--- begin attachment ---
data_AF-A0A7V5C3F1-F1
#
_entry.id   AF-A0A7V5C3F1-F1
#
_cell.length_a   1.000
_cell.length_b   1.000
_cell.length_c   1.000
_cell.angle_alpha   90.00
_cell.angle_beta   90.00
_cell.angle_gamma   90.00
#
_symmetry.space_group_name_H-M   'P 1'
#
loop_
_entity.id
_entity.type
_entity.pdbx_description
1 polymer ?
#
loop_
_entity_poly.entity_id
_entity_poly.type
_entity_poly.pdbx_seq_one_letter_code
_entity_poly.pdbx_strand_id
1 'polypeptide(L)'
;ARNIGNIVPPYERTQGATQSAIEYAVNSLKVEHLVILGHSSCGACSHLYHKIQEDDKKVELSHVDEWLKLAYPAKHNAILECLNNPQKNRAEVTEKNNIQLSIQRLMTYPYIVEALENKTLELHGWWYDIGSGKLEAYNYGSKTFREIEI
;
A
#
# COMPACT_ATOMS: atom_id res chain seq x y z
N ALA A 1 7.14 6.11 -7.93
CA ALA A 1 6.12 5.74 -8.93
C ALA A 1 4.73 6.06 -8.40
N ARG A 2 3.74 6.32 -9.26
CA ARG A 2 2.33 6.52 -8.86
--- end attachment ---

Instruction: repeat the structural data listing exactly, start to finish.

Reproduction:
data_AF-A0A7V5C3F1-F1
#
_entry.id   AF-A0A7V5C3F1-F1
#
_cell.length_a   1.000
_cell.length_b   1.000
_cell.length_c   1.000
_cell.angle_alpha   90.00
_cell.angle_beta   90.00
_cell.angle_gamma   90.00
#
_symmetry.space_group_name_H-M   'P 1'
#
loop_
_entity.id
_entity.type
_entity.pdbx_description
1 polymer ?
#
loop_
_entity_poly.entity_id
_entity_poly.type
_entity_poly.pdbx_seq_one_letter_code
_entity_poly.pdbx_strand_id
1 'polypeptide(L)'
;ARNIGNIVPPYERTQGATQSAIEYAVNSLKVEHLVILGHSSCGACSHLYHKIQEDDKKVELSHVDEWLKLAYPAKHNAILECLNNPQKNRAEVTEKNNIQLSIQRLMTYPYIVEALENKTLELHGWWYDIGSGKLEAYNYGSKTFREIEI
;
A
#
# COMPACT_ATOMS: atom_id res chain seq x y z
N ALA A 1 7.14 6.11 -7.93
CA ALA A 1 6.12 5.74 -8.93
C ALA A 1 4.73 6.06 -8.40
N ARG A 2 3.74 6.32 -9.26
CA ARG A 2 2.33 6.52 -8.86